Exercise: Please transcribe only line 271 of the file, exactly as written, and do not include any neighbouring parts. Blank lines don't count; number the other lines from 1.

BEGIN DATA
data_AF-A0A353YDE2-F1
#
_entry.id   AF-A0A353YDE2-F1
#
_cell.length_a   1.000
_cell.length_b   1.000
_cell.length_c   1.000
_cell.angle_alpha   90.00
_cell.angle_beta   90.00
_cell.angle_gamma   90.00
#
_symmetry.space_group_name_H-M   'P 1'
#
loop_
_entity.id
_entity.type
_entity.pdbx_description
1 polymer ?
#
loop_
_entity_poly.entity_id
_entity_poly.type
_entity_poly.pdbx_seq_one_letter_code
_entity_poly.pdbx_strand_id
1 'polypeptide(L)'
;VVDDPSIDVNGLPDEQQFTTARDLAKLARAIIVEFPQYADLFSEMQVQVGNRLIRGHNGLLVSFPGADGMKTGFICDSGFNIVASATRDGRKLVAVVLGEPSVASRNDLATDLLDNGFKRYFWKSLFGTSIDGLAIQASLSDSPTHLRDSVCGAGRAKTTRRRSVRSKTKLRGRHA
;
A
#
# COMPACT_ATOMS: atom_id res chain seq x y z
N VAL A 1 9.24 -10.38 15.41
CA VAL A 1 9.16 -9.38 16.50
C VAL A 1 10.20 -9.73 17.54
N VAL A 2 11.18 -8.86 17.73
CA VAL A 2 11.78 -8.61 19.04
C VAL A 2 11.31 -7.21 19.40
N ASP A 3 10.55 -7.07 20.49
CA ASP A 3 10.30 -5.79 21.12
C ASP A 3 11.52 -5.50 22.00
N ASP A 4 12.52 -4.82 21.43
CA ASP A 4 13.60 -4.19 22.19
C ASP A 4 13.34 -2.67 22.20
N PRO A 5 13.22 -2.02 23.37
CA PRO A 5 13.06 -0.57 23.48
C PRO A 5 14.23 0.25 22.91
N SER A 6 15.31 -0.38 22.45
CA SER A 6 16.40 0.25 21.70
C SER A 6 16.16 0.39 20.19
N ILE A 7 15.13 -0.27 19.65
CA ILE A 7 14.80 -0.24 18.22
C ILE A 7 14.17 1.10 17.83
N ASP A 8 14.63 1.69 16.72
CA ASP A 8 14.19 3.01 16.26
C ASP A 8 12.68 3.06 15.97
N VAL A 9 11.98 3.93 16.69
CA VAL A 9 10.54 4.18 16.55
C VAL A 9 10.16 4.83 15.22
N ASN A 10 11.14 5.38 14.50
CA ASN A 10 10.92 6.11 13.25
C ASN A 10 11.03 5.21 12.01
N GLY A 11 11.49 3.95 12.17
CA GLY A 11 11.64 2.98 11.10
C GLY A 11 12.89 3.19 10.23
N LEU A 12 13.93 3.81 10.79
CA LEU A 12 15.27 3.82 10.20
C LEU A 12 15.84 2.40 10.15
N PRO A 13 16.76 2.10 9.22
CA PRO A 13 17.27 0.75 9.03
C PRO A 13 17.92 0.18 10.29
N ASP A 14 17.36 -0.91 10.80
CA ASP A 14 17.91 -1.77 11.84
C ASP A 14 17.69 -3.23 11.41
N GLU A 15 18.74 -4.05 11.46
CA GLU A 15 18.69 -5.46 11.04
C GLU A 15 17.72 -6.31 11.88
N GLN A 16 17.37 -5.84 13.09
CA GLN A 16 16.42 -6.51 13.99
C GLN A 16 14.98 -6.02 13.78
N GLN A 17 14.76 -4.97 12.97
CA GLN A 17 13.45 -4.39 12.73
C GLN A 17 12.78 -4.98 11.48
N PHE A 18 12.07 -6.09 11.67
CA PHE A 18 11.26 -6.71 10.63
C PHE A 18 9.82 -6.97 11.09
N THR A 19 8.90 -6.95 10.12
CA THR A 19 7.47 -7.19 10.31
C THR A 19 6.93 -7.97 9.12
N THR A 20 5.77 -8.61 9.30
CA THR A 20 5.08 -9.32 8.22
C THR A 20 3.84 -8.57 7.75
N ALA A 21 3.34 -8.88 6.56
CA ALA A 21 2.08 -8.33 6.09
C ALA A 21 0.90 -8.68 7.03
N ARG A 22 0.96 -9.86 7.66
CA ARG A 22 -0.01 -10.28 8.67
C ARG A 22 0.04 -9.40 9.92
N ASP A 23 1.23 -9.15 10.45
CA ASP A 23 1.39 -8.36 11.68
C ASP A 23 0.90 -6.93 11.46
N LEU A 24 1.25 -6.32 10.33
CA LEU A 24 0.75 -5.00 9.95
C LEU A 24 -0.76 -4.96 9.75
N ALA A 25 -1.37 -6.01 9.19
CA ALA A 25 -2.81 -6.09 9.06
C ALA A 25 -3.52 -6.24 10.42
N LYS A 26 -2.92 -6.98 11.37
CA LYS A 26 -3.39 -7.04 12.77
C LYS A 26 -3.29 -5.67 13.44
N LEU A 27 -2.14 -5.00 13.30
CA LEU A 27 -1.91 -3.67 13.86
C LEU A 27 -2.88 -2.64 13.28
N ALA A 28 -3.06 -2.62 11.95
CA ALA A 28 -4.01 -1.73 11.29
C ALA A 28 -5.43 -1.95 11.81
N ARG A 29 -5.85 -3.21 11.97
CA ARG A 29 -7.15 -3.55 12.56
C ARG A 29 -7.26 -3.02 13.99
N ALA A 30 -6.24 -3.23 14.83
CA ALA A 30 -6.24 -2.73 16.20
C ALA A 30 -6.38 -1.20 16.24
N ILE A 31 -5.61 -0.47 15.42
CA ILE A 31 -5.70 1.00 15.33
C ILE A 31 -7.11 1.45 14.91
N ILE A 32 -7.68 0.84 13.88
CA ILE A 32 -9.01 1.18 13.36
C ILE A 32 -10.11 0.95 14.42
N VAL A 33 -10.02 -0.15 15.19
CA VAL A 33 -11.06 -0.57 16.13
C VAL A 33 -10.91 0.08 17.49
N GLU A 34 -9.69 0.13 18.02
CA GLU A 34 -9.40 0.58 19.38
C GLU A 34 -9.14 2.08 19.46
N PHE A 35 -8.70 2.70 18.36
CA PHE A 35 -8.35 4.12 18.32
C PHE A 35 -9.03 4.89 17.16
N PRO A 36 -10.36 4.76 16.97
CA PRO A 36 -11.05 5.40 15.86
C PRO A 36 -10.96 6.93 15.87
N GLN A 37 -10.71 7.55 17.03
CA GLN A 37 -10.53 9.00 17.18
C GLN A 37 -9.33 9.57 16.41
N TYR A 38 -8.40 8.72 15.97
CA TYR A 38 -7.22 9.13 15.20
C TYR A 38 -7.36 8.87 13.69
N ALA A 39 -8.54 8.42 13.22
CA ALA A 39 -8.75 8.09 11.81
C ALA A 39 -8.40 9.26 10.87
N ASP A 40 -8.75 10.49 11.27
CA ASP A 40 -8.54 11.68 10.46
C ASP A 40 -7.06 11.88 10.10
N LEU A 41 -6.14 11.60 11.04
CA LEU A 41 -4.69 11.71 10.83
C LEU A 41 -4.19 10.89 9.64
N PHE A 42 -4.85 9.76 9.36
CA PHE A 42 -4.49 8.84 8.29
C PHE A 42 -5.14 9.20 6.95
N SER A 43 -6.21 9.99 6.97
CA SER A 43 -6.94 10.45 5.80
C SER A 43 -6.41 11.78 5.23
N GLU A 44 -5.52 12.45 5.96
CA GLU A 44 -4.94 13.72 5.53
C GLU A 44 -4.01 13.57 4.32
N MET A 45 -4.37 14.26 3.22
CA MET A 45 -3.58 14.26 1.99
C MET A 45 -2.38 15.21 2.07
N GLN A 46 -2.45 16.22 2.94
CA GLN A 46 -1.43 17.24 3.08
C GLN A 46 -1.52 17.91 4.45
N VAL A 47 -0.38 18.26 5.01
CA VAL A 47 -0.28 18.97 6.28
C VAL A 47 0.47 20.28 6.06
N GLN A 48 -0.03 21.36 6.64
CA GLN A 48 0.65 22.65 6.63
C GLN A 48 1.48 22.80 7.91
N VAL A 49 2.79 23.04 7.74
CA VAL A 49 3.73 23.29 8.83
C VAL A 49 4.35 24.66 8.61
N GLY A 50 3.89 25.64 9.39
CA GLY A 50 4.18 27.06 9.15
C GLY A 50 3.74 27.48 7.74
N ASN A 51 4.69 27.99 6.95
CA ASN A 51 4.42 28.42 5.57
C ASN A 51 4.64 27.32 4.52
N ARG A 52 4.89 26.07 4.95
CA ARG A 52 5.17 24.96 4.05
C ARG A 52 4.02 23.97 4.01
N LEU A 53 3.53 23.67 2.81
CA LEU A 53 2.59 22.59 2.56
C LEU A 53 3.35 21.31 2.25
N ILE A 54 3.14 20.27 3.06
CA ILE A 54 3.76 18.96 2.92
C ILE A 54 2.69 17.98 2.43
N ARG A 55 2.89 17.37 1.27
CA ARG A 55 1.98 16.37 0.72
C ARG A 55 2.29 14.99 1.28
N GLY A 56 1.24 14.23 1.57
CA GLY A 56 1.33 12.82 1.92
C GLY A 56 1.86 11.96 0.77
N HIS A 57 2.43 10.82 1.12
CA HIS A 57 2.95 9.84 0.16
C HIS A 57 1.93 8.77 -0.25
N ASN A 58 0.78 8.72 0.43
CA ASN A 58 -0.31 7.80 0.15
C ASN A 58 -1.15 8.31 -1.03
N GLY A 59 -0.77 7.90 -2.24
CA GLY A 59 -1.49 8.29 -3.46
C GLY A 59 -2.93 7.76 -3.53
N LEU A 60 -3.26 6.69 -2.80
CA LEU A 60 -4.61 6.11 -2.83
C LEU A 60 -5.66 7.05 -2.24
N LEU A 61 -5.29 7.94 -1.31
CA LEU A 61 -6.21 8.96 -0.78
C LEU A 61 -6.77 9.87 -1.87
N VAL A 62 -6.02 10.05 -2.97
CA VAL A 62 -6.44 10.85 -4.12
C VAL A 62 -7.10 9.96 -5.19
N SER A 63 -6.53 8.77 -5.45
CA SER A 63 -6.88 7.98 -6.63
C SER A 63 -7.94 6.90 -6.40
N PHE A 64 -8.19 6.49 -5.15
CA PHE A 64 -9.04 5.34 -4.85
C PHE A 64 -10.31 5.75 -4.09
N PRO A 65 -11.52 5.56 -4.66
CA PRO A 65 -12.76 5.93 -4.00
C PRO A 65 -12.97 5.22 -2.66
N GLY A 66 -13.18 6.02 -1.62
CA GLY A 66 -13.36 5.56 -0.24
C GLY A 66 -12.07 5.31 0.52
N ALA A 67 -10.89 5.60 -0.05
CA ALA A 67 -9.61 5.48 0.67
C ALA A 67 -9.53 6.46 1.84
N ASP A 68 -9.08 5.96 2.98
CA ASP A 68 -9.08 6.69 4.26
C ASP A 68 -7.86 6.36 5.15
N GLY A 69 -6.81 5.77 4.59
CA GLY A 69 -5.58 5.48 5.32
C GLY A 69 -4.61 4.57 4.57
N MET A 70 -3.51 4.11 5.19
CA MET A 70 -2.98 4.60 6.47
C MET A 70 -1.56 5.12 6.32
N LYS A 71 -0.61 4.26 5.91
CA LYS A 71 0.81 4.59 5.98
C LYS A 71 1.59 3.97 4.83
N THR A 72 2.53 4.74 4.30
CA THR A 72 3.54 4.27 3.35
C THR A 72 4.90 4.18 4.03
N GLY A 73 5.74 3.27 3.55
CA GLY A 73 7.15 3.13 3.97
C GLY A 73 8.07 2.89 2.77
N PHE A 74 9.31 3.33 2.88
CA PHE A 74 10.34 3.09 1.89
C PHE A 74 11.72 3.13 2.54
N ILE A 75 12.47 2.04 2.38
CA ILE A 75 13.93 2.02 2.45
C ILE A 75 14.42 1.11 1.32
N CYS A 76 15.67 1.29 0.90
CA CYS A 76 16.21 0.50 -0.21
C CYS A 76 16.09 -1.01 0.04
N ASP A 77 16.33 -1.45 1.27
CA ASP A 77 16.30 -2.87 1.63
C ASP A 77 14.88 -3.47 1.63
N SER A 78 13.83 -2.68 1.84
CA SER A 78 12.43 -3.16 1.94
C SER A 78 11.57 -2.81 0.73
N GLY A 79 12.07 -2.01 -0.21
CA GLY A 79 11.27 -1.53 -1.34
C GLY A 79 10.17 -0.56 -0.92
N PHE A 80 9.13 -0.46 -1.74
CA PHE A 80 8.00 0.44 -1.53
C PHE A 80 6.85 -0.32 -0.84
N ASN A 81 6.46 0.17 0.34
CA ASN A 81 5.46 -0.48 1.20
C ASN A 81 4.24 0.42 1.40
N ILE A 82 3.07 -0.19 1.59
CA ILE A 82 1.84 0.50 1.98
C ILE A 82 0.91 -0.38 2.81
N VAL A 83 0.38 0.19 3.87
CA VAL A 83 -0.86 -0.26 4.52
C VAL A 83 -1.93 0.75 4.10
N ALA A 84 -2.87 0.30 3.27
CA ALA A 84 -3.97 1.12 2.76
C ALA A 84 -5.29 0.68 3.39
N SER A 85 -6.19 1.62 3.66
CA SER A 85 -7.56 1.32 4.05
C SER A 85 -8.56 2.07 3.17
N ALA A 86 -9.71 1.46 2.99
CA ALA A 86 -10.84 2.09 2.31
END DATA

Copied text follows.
N ASN A 81 6.46 0.17 0.34